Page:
It should have been a straightforward process of getting off exactly where I got on that morning and getting on the boat back to Peng Chau. Of course it didn't happen like that. I have no idea where I was dropped off but it was no where near a pier. No biggie. I'll just follow the signs. Through the construction sight. At ten o'clock at night. No problem. (and it really wasn't. Weird.) I make it to the brightly lit, clean pier. It was the wrong one. But that's ok because this Scottsman and his daughter are more than happy to tell me that the pier I need is only a ten minute run over the hill and through the woods (I'm not making this up.) But the last ferry is departing in six minutes. Don't worry though these boats never depart on time. You can do it! RUN! Guess who watched the last boat sail away on time as she was a minute away up the side walk. (Mind you I'm sprinting around in the dark after a full day at Disney lugging souvenirs behind me.) This girl, right here.
During the night bus tour it was proudly declared that Hong Kong was one of the safest cities in the world. I believe it with every fiber of my being. Had I been anywhere else in China that night I probably would have been kidnapped, and my parents would forever be wondering about what happened to their fool daughter who went gallivanting across the globe. Rest assured though I was not in any danger that night. Which was good because I was literally this close to calling the number scribbled at the bottom of the ferry times to have some dudes cousin who owns a junker come pick me up. (As in I had borrowed a strangers phone and was dialing the numbers.) Luckily another kind citizen pulled up the ferry schedules on their phone and told me that I could still catch a ferry to Central pier and from their grab a boat to Peng Chau. I just had to go back to the first pier I was at. Go figure. I made it though. It was about one in the morning by the time I finally made it back but I didn't have to spend the night at the pier so kudos for that.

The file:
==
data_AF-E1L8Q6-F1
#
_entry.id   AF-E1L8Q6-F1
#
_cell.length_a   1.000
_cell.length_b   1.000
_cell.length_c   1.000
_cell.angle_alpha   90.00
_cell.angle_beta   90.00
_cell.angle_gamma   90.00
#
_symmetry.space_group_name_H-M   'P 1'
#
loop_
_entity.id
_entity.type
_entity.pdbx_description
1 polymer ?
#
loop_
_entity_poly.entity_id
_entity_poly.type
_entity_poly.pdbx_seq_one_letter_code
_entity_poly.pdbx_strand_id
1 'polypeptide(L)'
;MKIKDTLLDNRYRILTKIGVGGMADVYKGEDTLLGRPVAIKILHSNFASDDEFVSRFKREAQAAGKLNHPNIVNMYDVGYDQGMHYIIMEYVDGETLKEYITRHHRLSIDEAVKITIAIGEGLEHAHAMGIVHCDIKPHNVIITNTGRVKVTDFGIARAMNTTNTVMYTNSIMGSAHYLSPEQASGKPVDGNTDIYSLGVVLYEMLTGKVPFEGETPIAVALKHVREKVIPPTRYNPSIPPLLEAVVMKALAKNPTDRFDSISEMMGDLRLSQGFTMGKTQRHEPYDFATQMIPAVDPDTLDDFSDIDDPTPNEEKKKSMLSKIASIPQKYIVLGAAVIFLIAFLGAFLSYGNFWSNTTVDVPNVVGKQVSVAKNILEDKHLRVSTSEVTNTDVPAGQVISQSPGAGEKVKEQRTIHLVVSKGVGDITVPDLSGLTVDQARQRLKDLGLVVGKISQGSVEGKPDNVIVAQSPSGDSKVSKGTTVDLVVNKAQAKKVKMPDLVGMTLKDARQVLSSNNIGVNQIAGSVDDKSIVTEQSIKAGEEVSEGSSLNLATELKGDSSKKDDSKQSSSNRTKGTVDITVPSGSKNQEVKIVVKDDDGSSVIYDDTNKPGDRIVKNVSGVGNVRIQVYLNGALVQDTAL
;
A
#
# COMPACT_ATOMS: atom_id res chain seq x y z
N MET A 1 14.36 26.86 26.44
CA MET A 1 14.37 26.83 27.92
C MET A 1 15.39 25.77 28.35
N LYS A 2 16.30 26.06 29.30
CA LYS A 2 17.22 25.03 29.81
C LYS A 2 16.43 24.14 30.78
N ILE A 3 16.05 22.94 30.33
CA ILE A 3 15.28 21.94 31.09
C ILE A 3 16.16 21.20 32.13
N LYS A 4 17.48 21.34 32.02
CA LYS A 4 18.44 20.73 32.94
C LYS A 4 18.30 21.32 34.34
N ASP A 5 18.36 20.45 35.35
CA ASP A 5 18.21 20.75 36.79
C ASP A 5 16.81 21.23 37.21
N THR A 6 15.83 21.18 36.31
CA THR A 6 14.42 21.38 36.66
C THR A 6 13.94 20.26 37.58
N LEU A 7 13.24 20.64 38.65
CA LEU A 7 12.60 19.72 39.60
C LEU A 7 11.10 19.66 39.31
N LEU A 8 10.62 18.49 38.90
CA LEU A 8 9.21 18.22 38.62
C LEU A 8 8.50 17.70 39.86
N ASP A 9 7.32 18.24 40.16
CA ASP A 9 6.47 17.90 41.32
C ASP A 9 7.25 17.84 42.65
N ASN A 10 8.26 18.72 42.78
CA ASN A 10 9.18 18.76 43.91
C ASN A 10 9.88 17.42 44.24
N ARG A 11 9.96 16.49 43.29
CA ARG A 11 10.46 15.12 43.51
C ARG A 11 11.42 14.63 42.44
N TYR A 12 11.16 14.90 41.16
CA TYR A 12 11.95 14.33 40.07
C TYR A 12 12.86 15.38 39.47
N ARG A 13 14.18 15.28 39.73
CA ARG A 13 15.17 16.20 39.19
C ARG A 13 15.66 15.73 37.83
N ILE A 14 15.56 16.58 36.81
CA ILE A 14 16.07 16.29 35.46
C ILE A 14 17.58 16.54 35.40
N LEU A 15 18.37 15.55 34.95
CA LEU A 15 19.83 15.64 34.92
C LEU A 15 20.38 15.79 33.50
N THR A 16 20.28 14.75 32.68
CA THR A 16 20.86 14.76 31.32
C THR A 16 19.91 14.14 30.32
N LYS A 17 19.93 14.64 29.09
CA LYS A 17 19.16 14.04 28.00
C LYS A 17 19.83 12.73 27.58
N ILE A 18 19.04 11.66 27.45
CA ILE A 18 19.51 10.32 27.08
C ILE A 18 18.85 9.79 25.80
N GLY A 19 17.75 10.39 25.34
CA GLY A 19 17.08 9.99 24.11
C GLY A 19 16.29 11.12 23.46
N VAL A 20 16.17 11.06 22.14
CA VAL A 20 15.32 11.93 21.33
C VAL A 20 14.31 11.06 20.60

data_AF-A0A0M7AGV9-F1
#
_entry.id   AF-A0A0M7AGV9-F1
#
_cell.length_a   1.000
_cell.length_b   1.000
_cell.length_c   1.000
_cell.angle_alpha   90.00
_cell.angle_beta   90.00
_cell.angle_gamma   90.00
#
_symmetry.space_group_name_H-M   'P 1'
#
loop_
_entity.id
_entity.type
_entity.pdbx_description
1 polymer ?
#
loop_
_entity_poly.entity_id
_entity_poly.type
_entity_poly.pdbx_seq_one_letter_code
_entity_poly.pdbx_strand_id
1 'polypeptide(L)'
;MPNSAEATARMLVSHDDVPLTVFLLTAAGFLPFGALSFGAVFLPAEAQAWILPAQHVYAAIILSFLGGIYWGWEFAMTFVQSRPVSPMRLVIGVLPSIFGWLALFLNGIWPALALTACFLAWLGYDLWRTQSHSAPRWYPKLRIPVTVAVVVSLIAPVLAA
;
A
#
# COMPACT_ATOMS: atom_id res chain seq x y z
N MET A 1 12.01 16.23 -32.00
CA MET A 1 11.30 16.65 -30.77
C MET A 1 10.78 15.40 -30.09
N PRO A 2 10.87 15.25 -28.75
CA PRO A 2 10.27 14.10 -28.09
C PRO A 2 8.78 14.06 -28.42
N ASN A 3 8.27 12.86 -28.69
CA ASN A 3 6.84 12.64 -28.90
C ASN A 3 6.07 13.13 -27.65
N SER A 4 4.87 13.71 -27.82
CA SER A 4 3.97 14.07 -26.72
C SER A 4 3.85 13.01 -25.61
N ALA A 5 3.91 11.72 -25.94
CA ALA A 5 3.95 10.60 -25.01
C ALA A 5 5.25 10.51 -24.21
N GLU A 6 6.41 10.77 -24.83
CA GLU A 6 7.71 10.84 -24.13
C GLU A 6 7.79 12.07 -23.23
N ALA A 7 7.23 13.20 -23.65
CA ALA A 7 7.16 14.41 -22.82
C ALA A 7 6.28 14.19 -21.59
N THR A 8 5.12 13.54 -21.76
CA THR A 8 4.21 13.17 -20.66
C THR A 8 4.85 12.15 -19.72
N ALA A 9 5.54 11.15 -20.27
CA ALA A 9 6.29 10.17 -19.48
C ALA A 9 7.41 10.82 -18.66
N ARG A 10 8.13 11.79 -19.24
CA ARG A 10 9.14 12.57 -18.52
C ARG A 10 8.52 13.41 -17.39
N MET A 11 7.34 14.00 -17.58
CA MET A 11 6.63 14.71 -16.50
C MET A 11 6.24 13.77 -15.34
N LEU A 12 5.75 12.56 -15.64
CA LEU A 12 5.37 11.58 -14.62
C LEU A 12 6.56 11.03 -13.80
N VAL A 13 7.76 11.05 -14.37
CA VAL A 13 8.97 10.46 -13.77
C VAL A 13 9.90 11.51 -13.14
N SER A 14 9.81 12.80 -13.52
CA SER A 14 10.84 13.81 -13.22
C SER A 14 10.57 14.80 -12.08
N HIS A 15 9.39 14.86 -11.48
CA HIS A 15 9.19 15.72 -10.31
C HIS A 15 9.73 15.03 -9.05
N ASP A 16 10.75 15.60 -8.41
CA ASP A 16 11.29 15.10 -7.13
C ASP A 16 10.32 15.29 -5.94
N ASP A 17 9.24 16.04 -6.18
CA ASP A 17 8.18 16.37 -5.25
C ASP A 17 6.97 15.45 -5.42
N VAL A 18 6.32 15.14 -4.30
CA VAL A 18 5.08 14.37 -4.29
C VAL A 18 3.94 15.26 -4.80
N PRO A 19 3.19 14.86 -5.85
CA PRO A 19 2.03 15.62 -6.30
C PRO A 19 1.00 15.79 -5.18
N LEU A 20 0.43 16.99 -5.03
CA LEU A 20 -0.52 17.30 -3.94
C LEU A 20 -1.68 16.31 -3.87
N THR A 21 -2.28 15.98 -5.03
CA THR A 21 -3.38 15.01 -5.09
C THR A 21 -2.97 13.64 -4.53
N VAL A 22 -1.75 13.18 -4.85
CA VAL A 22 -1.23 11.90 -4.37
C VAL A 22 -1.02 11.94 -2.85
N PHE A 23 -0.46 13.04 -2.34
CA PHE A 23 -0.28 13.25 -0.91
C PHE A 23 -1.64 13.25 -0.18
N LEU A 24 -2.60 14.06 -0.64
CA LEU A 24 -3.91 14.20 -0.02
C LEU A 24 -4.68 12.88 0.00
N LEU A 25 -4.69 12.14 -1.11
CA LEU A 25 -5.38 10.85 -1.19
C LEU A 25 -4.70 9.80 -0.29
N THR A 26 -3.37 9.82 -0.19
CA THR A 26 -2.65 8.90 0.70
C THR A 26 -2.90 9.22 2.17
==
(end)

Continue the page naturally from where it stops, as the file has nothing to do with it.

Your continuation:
Tuesday was the bittersweet day of departure. Flat cleaned up. Souvenirs packed. one ferry, two trains, two infernal buses, one plane and a taxi ride later I was home. I loved every minute of it and would happily go again.
My name is Arielle. (Not actually named after the mermaid, but a character from Thundar the Barbarian) I am an English teacher in South Korea.